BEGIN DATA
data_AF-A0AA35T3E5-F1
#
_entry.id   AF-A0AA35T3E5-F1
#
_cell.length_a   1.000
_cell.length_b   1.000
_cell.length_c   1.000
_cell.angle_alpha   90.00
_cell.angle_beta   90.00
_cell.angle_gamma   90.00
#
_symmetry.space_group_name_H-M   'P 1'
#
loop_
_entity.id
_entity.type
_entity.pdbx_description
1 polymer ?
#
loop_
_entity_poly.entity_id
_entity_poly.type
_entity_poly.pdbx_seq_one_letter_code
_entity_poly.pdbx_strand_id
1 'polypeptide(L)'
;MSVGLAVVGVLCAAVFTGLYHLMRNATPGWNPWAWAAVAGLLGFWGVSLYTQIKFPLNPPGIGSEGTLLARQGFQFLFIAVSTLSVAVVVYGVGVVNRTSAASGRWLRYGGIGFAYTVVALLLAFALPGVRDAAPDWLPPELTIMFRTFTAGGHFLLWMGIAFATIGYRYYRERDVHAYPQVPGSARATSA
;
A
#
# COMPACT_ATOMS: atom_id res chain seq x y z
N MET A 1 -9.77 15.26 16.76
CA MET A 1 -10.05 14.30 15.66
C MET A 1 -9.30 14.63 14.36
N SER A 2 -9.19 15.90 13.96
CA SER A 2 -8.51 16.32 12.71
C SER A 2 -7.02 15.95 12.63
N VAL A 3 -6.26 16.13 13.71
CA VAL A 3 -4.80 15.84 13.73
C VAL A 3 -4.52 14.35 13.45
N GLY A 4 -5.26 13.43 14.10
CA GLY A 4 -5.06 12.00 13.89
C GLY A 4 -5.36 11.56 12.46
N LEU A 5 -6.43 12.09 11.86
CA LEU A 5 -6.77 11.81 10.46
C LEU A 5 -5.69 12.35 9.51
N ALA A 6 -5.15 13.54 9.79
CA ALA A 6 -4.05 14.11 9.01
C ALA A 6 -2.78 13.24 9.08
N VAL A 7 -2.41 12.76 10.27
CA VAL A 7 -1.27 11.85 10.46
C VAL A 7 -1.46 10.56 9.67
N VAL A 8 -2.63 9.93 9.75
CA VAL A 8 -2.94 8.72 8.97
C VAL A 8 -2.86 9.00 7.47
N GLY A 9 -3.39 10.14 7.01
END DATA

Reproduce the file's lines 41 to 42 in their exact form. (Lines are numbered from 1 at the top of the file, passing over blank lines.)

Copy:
CA GLY A 4 -5.06 12.00 13.89
C GLY A 4 -5.36 11.56 12.46